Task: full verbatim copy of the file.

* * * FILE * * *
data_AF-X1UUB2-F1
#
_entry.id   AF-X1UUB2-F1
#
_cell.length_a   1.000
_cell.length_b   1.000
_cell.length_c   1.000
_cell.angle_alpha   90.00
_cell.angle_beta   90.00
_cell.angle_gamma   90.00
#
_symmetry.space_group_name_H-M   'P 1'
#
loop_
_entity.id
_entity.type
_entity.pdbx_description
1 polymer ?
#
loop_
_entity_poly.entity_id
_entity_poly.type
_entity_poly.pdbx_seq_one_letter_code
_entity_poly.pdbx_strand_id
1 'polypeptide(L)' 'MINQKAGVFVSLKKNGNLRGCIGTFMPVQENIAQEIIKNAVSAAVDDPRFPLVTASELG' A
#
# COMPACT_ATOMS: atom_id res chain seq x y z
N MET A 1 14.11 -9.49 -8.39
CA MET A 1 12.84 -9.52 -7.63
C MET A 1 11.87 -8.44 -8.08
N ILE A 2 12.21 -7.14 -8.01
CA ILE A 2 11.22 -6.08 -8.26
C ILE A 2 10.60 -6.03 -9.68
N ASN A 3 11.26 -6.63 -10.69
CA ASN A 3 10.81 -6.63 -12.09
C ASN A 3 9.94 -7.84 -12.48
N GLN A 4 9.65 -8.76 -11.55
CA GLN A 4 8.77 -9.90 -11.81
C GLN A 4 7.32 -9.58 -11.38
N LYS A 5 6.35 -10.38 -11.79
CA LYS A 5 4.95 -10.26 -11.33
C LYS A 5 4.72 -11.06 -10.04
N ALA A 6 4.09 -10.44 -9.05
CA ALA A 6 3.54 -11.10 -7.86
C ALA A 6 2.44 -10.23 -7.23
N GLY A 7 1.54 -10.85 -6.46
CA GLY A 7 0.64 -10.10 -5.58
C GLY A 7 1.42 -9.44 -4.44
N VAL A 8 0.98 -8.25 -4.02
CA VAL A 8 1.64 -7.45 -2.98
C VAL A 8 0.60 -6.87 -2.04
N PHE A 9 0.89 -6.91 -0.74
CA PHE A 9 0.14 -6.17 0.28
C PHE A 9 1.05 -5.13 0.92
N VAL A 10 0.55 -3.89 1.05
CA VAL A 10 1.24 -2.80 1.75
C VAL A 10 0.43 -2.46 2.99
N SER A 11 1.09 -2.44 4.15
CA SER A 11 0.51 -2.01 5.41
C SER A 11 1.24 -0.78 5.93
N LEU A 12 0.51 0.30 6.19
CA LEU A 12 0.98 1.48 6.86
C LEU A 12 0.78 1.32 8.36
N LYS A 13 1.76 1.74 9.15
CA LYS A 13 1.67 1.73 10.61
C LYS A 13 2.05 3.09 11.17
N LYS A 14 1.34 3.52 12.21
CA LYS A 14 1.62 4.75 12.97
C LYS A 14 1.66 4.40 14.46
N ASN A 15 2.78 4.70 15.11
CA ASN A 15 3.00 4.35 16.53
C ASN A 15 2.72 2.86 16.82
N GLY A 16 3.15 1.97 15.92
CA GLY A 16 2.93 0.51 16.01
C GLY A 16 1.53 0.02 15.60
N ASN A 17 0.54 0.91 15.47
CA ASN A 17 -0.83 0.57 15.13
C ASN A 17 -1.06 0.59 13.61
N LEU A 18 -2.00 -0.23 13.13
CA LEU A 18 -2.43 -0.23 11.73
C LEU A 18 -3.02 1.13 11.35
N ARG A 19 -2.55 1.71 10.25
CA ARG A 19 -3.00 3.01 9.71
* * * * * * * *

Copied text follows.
data_AF-X1UUB2-F1
#
_entry.id   AF-X1UUB2-F1
#
_cell.length_a   1.000
_cell.length_b   1.000
_cell.length_c   1.000
_cell.angle_alpha   90.00
_cell.angle_beta   90.00
_cell.angle_gamma   90.00
#
_symmetry.space_group_name_H-M   'P 1'
#
loop_
_entity.id
_entity.type
_entity.pdbx_description
1 polymer ?
#
loop_
_entity_poly.entity_id
_entity_poly.type
_entity_poly.pdbx_seq_one_letter_code
_entity_poly.pdbx_strand_id
1 'polypeptide(L)' 'MINQKAGVFVSLKKNGNLRGCIGTFMPVQENIAQEIIKNAVSAAVDDPRFPLVTASELG' A
#
# COMPACT_ATOMS: atom_id res chain seq x y z
N MET A 1 14.11 -9.49 -8.39
CA MET A 1 12.84 -9.52 -7.63
C MET A 1 11.87 -8.44 -8.08
N ILE A 2 12.21 -7.14 -8.01
CA ILE A 2 11.22 -6.08 -8.26
C ILE A 2 10.60 -6.03 -9.68
N ASN A 3 11.26 -6.63 -10.69
CA ASN A 3 10.81 -6.63 -12.09
C ASN A 3 9.94 -7.84 -12.48
N GLN A 4 9.65 -8.76 -11.55
CA GLN A 4 8.77 -9.90 -11.81
C GLN A 4 7.32 -9.58 -11.38
N LYS A 5 6.35 -10.38 -11.79
CA LYS A 5 4.95 -10.26 -11.33
C LYS A 5 4.72 -11.06 -10.04
N ALA A 6 4.09 -10.44 -9.05
CA ALA A 6 3.54 -11.10 -7.86
C ALA A 6 2.44 -10.23 -7.23
N GLY A 7 1.54 -10.85 -6.46
CA GLY A 7 0.64 -10.10 -5.58
C GLY A 7 1.42 -9.44 -4.44
N VAL A 8 0.98 -8.25 -4.02
CA VAL A 8 1.64 -7.45 -2.98
C VAL A 8 0.60 -6.87 -2.04
N PHE A 9 0.89 -6.91 -0.74
CA PHE A 9 0.14 -6.17 0.28
C PHE A 9 1.05 -5.13 0.92
N VAL A 10 0.55 -3.89 1.05
CA VAL A 10 1.24 -2.80 1.75
C VAL A 10 0.43 -2.46 2.99
N SER A 11 1.09 -2.44 4.15
CA SER A 11 0.51 -2.01 5.41
C SER A 11 1.24 -0.78 5.93
N LEU A 12 0.51 0.30 6.19
CA LEU A 12 0.98 1.48 6.86
C LEU A 12 0.78 1.32 8.36
N LYS A 13 1.76 1.74 9.15
CA LYS A 13 1.67 1.73 10.61
C LYS A 13 2.05 3.09 11.17
N LYS A 14 1.34 3.52 12.21
CA LYS A 14 1.62 4.75 12.97
C LYS A 14 1.66 4.40 14.46
N ASN A 15 2.78 4.70 15.11
CA ASN A 15 3.00 4.35 16.53
C ASN A 15 2.72 2.86 16.82
N GLY A 16 3.15 1.97 15.92
CA GLY A 16 2.93 0.51 16.01
C GLY A 16 1.53 0.02 15.60
N ASN A 17 0.54 0.91 15.47
CA ASN A 17 -0.83 0.57 15.13
C ASN A 17 -1.06 0.59 13.61
N LEU A 18 -2.00 -0.23 13.13
CA LEU A 18 -2.43 -0.23 11.73
C LEU A 18 -3.02 1.13 11.35
N ARG A 19 -2.55 1.71 10.25
CA ARG A 19 -3.00 3.01 9.71